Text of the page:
They then calculate an anomaly for each sub-box using the method above. Which stations get included in this calculation? Every station within 1200 km of the centre of the sub-box. And the weighting for each station used simply diminishes in proportion to its distance from the centre of the sub-box. So a station 10km from the centre will have a weighting of 1190/1200 = 0.99167, while a station 1190 km from the centre will have a weighting of 10/1200 = 0.00833. In this way, stations closer to the centre have a much larger influence while those farther away an ever smaller influence. And this method can be used even if there are no stations directly in the sub-box, inferring its result from surrounding stations. 

In the event that stations are extremely sparse and there were only 1 station within 1200 km, then that reading would be used for a sub-box. But as soon as you have even a handful of stations within range, their values will quickly start to balance out the result. And closer stations will tend to predominate. Then the sub-boxes are simply averaged together to produce an average for the larger box – we can do this without any further area averaging because we have already used area averaging within the sub-box and they are all of equal area. Then in turn the larger boxes can be averaged to produce results for latitude bands, hemispheres, or globally. Finally these results are then averaged over long time periods.

Remember our previous discussion of Teleconnection, and that long term climates are linked over significant distances. This is why this process can produce a meaningful result even when data is sparse. On the other hand, if we were trying to use this method to estimate daily temperatures in a sub-box, the results would be meaningless. The short term chaotic nature of daily weather would swamp any longer range relationships. But averaged out over longer time periods and larger areas, the noise starts to cancel out and underlying trends emerge. For this reason, the analysis used here will be inherently more accurate when looked at over larger times and distances. The monthly anomaly for one sub-box will be much less meaningful than the annual anomaly for the planet. And the 10-year average will be more meaningful again.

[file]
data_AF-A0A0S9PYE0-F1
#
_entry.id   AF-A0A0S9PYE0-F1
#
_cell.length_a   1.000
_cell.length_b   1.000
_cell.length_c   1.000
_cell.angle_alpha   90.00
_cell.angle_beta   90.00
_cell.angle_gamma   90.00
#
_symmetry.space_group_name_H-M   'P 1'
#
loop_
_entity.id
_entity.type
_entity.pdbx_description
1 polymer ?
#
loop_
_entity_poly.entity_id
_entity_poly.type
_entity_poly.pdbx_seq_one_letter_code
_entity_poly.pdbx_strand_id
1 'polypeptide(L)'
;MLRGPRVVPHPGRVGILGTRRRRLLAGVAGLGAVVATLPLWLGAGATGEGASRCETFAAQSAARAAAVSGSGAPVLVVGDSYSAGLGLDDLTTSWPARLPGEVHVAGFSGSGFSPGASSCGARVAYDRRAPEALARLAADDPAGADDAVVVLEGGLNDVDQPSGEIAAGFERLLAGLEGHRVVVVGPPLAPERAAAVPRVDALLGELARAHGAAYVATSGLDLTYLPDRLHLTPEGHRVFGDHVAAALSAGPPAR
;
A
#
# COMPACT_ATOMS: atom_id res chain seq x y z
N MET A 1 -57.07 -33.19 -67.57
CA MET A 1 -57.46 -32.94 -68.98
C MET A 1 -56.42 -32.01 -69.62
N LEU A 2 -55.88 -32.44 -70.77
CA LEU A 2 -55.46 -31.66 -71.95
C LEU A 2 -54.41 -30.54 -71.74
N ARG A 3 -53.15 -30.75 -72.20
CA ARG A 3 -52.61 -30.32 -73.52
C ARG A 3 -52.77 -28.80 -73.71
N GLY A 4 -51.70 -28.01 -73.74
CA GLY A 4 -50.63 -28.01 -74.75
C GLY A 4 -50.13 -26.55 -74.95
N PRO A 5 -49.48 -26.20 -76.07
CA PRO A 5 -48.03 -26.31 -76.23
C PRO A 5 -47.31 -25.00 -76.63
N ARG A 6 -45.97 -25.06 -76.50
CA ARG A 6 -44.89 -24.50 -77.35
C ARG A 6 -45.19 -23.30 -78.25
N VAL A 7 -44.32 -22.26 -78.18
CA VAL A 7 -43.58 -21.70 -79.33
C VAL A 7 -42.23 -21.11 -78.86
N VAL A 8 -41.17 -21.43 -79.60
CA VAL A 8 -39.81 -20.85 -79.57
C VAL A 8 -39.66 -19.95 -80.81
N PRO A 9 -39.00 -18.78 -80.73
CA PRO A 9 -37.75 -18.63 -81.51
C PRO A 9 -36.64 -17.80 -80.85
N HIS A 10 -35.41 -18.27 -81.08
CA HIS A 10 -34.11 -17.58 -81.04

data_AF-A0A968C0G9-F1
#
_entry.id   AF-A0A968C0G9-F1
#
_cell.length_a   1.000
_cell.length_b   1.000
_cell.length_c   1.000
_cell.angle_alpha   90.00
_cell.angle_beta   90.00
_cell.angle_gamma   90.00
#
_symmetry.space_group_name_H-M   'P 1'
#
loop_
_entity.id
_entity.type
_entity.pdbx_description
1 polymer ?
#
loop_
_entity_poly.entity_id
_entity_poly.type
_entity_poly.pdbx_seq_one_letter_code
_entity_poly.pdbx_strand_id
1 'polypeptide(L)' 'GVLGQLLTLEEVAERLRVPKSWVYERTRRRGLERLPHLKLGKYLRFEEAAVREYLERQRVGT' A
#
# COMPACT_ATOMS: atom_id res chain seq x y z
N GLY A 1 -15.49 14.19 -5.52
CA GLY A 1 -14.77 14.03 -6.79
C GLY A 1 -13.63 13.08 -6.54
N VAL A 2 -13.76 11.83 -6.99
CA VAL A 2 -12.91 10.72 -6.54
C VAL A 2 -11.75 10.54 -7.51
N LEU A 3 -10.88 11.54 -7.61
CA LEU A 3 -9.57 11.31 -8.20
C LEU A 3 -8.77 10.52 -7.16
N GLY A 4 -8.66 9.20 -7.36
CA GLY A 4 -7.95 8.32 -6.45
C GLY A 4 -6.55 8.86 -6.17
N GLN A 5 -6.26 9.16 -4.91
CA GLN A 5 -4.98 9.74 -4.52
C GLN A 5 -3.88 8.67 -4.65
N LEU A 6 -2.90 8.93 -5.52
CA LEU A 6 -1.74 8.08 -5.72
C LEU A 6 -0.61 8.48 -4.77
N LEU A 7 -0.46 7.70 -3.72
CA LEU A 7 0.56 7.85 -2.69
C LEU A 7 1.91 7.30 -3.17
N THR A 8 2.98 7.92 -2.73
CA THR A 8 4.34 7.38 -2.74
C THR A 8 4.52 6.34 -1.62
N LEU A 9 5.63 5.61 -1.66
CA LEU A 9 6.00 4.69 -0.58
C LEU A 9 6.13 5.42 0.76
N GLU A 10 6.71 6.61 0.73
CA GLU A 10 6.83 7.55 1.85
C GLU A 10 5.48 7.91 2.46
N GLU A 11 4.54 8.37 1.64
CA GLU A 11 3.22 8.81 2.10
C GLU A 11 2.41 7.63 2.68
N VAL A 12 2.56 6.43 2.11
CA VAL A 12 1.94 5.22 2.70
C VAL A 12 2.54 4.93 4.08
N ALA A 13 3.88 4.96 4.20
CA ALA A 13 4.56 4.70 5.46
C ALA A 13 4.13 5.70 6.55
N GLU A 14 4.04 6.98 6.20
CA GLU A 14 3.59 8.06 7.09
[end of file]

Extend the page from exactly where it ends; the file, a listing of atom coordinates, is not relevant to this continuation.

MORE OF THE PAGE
And why the range of 1200 km? This was determined in HL87 based on the correlation coefficients between stations shown in the earlier chart. The paper explains this choice:

“The 1200-km limit is the distance at which the average correlation coefficient of temperature variations falls to 0.5 at middle and high latitudes and 0.33 at low latitudes. Note that the global coverage defined in this way does not reach 50% until about 1900; the northern hemisphere obtains 50% coverage in about 1880 and the southern hemisphere in about 1940. Although the number of stations doubled in about 1950, this increased the area coverage by only about 10%, because the principal deficiency is ocean areas which remain uncovered even with the greater number of stations. For the same reason, the decrease in the number of stations in the early 1960s, (due to the shift from Smithsonian to Weather Bureau records), does not decrease the area coverage very much. If the 1200-km limit described above, which is somewhat arbitrary, is reduced to 800 km, the global area coverage by the stations in recent decades is reduced from about 80% to about 65%.”


Effect of station count on area coverage